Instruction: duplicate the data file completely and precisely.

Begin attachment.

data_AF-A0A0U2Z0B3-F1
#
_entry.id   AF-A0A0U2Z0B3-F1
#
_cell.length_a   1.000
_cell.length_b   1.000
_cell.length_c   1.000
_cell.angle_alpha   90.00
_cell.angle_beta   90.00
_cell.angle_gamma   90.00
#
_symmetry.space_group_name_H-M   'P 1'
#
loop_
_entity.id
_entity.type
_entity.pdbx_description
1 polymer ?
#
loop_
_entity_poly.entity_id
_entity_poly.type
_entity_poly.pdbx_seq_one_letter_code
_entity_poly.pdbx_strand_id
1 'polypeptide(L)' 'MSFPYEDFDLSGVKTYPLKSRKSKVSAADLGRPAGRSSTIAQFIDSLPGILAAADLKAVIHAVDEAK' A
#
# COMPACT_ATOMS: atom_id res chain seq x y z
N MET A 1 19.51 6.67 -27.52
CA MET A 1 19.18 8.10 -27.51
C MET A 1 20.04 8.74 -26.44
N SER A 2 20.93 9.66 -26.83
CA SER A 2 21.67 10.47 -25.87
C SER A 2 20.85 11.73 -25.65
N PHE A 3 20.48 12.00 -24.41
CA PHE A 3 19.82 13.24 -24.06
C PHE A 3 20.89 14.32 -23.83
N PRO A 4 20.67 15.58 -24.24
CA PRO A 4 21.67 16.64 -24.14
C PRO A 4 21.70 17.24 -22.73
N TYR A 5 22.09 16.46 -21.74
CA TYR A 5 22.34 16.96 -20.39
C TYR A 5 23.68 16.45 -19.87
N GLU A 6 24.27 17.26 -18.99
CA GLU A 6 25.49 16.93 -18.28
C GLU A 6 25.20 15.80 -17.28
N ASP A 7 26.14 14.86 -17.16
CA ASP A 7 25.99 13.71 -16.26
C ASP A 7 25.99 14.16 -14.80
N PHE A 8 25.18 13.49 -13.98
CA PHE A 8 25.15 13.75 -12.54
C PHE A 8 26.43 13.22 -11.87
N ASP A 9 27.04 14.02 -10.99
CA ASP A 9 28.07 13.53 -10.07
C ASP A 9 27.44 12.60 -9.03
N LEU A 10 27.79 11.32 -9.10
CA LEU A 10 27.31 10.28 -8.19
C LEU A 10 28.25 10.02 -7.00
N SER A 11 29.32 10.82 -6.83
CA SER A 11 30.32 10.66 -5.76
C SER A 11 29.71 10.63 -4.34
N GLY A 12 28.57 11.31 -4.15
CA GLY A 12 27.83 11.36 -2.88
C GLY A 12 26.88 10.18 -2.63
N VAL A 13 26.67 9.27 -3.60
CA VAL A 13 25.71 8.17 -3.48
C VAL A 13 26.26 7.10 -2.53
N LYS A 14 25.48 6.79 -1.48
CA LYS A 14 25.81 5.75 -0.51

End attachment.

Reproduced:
data_AF-A0A0U2Z0B3-F1
#
_entry.id   AF-A0A0U2Z0B3-F1
#
_cell.length_a   1.000
_cell.length_b   1.000
_cell.length_c   1.000
_cell.angle_alpha   90.00
_cell.angle_beta   90.00
_cell.angle_gamma   90.00
#
_symmetry.space_group_name_H-M   'P 1'
#
loop_
_entity.id
_entity.type
_entity.pdbx_description
1 polymer ?
#
loop_
_entity_poly.entity_id
_entity_poly.type
_entity_poly.pdbx_seq_one_letter_code
_entity_poly.pdbx_strand_id
1 'polypeptide(L)' 'MSFPYEDFDLSGVKTYPLKSRKSKVSAADLGRPAGRSSTIAQFIDSLPGILAAADLKAVIHAVDEAK' A
#
# COMPACT_ATOMS: atom_id res chain seq x y z
N MET A 1 19.51 6.67 -27.52
CA MET A 1 19.18 8.10 -27.51
C MET A 1 20.04 8.74 -26.44
N SER A 2 20.93 9.66 -26.83
CA SER A 2 21.67 10.47 -25.87
C SER A 2 20.85 11.73 -25.65
N PHE A 3 20.48 12.00 -24.41
CA PHE A 3 19.82 13.24 -24.06
C PHE A 3 20.89 14.32 -23.83
N PRO A 4 20.67 15.58 -24.24
CA PRO A 4 21.67 16.64 -24.14
C PRO A 4 21.70 17.24 -22.73
N TYR A 5 22.09 16.46 -21.74
CA TYR A 5 22.34 16.96 -20.39
C TYR A 5 23.68 16.45 -19.87
N GLU A 6 24.27 17.26 -18.99
CA GLU A 6 25.49 16.93 -18.28
C GLU A 6 25.20 15.80 -17.28
N ASP A 7 26.14 14.86 -17.16
CA ASP A 7 25.99 13.71 -16.26
C ASP A 7 25.99 14.16 -14.80
N PHE A 8 25.18 13.49 -13.98
CA PHE A 8 25.15 13.75 -12.54
C PHE A 8 26.43 13.22 -11.87
N ASP A 9 27.04 14.02 -10.99
CA ASP A 9 28.07 13.53 -10.07
C ASP A 9 27.44 12.60 -9.03
N LEU A 10 27.79 11.32 -9.10
CA LEU A 10 27.31 10.28 -8.19
C LEU A 10 28.25 10.02 -7.00
N SER A 11 29.32 10.82 -6.83
CA SER A 11 30.32 10.66 -5.76
C SER A 11 29.71 10.63 -4.34
N GLY A 12 28.57 11.31 -4.15
CA GLY A 12 27.83 11.36 -2.88
C GLY A 12 26.88 10.18 -2.63
N VAL A 13 26.67 9.27 -3.60
CA VAL A 13 25.71 8.17 -3.48
C VAL A 13 26.26 7.10 -2.53
N LYS A 14 25.48 6.79 -1.48
CA LYS A 14 25.81 5.75 -0.51